Last year, the Connecticut FAIR plan purchased a software package to create, print and mail policies for property coverage. But that turned into a near-nightmarish experience of extensive problems with setup and testing of the software and lengthy delays waiting for technical issues to be resolved.
The Connecticut FAIR plan is now contracting with an application service provider (ASP) for policy issuance and claims processing. Now that the software is housed with the ASP "my life is a lot easier," says Tony Bauer, accounting systems manager for the Connecticut FAIR plan. "It would not be nearly as easy if I were housing the system here along with the data."
Outsourcing never has been a common IT practice in the insurance industry. Indeed, many insurance companies only recently began relying on more off-the-shelf technology rather than developing software and systems in-house.
However, an increasing number of carriers are turning to ASPs, vendors that provide software applications, systems infrastructure and data storage capabilities for a variety of functions that companies previously had handled themselves. Policy processing, claims administration, billing, customer relations, human resource tasks, accounting and bookkeeping, are among the processes that carriers can outsource to ASPs.
The primary advantage of switching to an ASP arrangement is that businesses can save thousands of dollars on software they don't have to purchase or upgrade. Furthermore, the headaches associated with connecting upgrades and tying disparate systems together can be eliminated.
Contracting with an ASP can all but do away with the expenses associated with constantly maintaining and updating information systems, says David Irwin, senior vice president of SPAN2, an Atlanta-based provider of information management and transaction processing services to insurers and agencies.
"The people can be on someone else's payroll and those assets can be on someone else's balance sheet," he says. In addition to off-loading IT maintenance and upgrade costs, a carrier can devote more resources to strategic planning, marketing, customer management, and product development, Irwin adds.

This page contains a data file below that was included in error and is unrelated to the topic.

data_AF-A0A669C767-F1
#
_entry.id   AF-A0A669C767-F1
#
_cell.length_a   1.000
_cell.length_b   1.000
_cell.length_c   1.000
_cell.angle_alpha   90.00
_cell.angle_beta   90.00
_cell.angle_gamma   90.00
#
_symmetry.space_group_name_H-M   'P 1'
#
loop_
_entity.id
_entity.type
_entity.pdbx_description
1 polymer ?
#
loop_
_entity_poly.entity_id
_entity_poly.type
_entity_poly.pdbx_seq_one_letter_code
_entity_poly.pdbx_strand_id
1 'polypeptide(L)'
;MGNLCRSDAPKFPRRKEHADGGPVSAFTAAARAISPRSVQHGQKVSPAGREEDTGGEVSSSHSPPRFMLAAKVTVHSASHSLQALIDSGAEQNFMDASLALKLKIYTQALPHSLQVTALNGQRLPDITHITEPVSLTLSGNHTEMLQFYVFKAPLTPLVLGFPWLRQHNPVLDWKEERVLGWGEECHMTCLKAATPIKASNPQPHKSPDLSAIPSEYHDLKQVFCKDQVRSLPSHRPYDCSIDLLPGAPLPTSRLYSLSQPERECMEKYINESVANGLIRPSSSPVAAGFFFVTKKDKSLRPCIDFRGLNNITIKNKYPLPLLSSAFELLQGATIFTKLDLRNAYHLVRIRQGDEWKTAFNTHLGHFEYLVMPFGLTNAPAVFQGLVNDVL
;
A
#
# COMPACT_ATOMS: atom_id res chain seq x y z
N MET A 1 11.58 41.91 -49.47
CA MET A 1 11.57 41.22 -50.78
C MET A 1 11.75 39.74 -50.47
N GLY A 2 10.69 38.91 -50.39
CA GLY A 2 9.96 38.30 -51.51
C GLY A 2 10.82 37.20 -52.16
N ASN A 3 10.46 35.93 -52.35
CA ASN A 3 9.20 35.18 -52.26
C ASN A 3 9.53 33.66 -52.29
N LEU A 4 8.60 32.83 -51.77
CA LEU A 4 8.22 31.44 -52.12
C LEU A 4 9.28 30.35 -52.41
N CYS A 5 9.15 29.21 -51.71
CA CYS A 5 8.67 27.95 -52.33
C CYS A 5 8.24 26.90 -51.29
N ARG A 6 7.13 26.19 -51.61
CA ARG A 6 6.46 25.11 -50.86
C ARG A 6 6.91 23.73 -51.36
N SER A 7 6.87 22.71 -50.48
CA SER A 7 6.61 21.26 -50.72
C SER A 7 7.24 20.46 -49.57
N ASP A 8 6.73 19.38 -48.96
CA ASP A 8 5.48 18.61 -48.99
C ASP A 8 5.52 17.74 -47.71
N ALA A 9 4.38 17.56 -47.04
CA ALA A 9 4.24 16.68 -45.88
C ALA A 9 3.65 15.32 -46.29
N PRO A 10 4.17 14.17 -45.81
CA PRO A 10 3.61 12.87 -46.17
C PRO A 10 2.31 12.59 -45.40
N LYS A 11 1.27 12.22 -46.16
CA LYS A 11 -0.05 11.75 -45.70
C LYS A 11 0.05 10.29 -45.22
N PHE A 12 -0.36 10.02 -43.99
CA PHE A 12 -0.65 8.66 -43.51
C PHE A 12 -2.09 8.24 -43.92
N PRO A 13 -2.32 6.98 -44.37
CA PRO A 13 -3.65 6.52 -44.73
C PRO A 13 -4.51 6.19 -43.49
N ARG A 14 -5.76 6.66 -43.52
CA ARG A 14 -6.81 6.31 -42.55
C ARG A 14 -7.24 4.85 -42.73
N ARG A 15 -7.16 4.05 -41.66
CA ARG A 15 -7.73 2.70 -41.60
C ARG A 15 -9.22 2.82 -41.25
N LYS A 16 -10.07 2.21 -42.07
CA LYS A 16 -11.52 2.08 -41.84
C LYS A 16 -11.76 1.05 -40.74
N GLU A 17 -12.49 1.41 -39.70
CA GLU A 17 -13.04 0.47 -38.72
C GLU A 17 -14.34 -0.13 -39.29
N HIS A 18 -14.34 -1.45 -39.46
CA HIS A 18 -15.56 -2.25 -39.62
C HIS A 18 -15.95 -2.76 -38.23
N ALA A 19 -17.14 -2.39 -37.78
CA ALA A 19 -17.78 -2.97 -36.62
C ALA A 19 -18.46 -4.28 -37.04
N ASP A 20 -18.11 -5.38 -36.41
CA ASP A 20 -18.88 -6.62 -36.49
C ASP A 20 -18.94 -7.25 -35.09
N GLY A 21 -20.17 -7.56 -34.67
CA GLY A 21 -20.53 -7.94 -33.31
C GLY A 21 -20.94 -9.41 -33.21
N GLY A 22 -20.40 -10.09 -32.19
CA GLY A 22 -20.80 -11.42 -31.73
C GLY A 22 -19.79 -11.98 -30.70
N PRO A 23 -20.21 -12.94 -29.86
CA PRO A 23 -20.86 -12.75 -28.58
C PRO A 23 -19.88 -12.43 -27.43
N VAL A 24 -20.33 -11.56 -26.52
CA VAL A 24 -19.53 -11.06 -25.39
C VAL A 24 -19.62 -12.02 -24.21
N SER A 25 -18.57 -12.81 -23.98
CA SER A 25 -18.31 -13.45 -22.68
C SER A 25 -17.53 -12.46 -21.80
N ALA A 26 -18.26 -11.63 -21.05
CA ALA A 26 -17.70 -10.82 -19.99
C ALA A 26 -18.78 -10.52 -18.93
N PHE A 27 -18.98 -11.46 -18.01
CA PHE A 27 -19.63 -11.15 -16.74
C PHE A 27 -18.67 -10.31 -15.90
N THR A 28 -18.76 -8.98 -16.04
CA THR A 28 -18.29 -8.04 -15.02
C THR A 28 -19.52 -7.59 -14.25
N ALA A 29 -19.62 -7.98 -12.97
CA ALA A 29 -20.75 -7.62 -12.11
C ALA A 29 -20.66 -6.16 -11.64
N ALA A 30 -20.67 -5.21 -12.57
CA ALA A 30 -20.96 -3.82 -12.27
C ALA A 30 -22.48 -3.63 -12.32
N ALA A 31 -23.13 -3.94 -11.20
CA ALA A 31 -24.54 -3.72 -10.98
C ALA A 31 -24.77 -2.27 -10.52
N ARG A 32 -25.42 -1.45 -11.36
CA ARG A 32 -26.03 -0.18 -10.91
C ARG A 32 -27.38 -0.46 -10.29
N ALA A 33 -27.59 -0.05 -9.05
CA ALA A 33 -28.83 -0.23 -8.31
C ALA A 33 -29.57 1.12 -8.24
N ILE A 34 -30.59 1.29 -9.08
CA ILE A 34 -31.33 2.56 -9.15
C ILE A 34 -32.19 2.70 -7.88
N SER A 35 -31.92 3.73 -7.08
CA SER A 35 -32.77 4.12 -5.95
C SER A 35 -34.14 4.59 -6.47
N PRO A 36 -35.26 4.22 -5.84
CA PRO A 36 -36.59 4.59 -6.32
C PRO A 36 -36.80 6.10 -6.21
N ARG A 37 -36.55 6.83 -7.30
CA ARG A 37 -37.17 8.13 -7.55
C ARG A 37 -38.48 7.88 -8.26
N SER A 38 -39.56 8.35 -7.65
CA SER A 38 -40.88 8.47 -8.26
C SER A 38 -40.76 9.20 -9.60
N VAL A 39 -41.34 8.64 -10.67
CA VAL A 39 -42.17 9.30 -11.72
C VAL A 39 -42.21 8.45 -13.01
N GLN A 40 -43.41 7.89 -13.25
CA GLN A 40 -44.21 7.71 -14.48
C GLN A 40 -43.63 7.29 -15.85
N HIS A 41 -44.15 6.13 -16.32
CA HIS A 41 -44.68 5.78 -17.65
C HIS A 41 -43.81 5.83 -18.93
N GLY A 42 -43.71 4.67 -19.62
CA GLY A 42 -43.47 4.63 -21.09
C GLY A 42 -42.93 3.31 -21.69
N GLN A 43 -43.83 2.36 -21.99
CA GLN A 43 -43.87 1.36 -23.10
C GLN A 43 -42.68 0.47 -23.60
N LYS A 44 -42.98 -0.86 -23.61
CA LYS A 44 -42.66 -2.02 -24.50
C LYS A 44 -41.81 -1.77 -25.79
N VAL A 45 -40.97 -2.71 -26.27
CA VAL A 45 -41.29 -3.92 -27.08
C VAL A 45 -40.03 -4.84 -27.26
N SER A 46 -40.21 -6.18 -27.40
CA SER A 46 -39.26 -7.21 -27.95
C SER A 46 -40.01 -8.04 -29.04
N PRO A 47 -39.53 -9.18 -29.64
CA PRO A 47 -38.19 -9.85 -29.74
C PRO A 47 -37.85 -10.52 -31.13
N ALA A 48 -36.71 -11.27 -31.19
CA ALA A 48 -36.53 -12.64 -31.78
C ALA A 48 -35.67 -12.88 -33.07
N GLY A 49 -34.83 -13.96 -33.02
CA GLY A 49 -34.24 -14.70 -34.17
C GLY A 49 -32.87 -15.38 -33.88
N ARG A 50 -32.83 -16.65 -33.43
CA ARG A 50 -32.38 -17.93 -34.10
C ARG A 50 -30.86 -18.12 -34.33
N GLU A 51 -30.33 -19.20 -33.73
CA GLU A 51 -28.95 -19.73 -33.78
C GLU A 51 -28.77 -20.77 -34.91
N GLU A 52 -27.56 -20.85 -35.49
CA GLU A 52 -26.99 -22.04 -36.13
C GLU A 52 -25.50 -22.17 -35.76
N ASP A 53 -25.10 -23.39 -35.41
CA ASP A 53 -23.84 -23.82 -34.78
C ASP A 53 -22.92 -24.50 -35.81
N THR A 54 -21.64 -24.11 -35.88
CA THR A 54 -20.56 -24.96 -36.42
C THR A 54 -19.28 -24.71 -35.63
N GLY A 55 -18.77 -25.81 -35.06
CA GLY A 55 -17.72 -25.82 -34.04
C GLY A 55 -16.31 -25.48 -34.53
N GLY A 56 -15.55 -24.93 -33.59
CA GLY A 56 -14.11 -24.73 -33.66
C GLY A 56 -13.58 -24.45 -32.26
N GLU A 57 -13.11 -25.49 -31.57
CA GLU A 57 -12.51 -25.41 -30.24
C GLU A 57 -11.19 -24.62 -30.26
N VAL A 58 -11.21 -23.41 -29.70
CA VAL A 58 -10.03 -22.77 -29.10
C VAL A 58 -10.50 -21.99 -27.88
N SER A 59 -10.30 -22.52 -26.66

Although the ASP market for the most part is still in its infancy, growth has been steady and it's riding a "good tailwind," says Richard Roby, director of insurance research with TowerGroup, Needham, Mass.
Only a fraction of the insurance industry's $12.4 billion annual IT spending is being devoted to ASPs, Roby says. But double-digit annual spending growth will continue into the near future, he adds.
The eventual payoff may well be worth it. Some carriers that are using ASP services for policy processing reportedly have cut their costs by 10% to 20%, Roby says.
Industry observers agree that more carriers are switching to the ASP option. Annual spending on enterprise ASPs by insurers is "still kind of small" at about $15.4 million, but it will grow to more than $100 million by 2004, says Meredith Whalen, director of ASP research at IDC Corp., a Framingham, Mass.-based technology research and consulting firm.
Indeed, carriers who in the past were reluctant to use outside help with core functions are beginning to loosen their tight control on functions such as policy processing and administration, concludes a recent TowerGroup study on the industry's use of ASPs.
Insurance companies have come to view policy processing as a function that doesn't vary much from company to company and can be handled more efficiently by a trusted third party. This is a logical fit for the ASP model, according to the study titled, "Insurance Application Service Providers: Policy Processing and Administration."
For example, Seattle-based Safeco Corp. uses a three-tiered outsourcing system for processing applications and policies, and for document printing and mailing, for its insurQuest auto insurance program. In April, Safeco launched the program, which targets high-risk drivers. The program is available in Texas and is expected to be available in 13 other states by the end of the year.
Executives with insurQuest established an ASP structure with its technology suppliers that enabled the company to spring into action quickly in accordance with Safeco's directive, says John Brooks, senior systems analyst for insurQuest. "It was an issue of time; we were under a mandate to enter this market rapidly," he explains. "We went from the time of the signing of the contract with Fiserv SIS Inc. to receiving our first live policy in less than four months," Brooks says. The insurer currently has in excess of 20,000 policyholders.